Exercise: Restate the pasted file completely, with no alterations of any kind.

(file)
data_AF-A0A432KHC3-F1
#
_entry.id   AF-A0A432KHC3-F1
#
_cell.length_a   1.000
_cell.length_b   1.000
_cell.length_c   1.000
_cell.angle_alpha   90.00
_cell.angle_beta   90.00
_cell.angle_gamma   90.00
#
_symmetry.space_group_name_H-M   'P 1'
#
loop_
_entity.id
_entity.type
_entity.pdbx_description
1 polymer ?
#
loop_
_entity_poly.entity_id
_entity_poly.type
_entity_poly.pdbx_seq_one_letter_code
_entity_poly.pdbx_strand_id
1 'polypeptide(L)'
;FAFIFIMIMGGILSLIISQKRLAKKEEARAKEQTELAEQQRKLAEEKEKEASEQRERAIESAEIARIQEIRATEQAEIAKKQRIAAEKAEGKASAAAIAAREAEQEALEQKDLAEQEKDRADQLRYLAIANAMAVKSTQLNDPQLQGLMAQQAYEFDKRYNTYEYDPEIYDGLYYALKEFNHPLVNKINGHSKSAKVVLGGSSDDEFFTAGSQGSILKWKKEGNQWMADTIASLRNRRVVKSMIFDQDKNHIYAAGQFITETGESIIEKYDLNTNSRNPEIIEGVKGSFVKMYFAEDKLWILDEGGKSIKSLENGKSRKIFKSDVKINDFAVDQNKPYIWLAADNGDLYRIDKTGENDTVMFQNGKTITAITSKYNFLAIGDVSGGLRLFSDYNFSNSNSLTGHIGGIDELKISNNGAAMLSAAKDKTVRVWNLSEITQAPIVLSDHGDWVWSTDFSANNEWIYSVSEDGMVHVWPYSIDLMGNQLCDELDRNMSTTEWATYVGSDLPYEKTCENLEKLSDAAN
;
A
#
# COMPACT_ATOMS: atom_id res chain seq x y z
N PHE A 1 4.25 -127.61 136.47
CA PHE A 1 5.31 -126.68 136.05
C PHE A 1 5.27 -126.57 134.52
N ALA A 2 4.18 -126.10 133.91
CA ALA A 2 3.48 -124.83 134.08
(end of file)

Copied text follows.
data_AF-A0A432KHC3-F1
#
_entry.id   AF-A0A432KHC3-F1
#
_cell.length_a   1.000
_cell.length_b   1.000
_cell.length_c   1.000
_cell.angle_alpha   90.00
_cell.angle_beta   90.00
_cell.angle_gamma   90.00
#
_symmetry.space_group_name_H-M   'P 1'
#
loop_
_entity.id
_entity.type
_entity.pdbx_description
1 polymer ?
#
loop_
_entity_poly.entity_id
_entity_poly.type
_entity_poly.pdbx_seq_one_letter_code
_entity_poly.pdbx_strand_id
1 'polypeptide(L)'
;FAFIFIMIMGGILSLIISQKRLAKKEEARAKEQTELAEQQRKLAEEKEKEASEQRERAIESAEIARIQEIRATEQAEIAKKQRIAAEKAEGKASAAAIAAREAEQEALEQKDLAEQEKDRADQLRYLAIANAMAVKSTQLNDPQLQGLMAQQAYEFDKRYNTYEYDPEIYDGLYYALKEFNHPLVNKINGHSKSAKVVLGGSSDDEFFTAGSQGSILKWKKEGNQWMADTIASLRNRRVVKSMIFDQDKNHIYAAGQFITETGESIIEKYDLNTNSRNPEIIEGVKGSFVKMYFAEDKLWILDEGGKSIKSLENGKSRKIFKSDVKINDFAVDQNKPYIWLAADNGDLYRIDKTGENDTVMFQNGKTITAITSKYNFLAIGDVSGGLRLFSDYNFSNSNSLTGHIGGIDELKISNNGAAMLSAAKDKTVRVWNLSEITQAPIVLSDHGDWVWSTDFSANNEWIYSVSEDGMVHVWPYSIDLMGNQLCDELDRNMSTTEWATYVGSDLPYEKTCENLEKLSDAAN
;
A
#
# COMPACT_ATOMS: atom_id res chain seq x y z
N PHE A 1 4.25 -127.61 136.47
CA PHE A 1 5.31 -126.68 136.05
C PHE A 1 5.27 -126.57 134.52
N ALA A 2 4.18 -126.10 133.91
CA ALA A 2 3.48 -124.83 134.08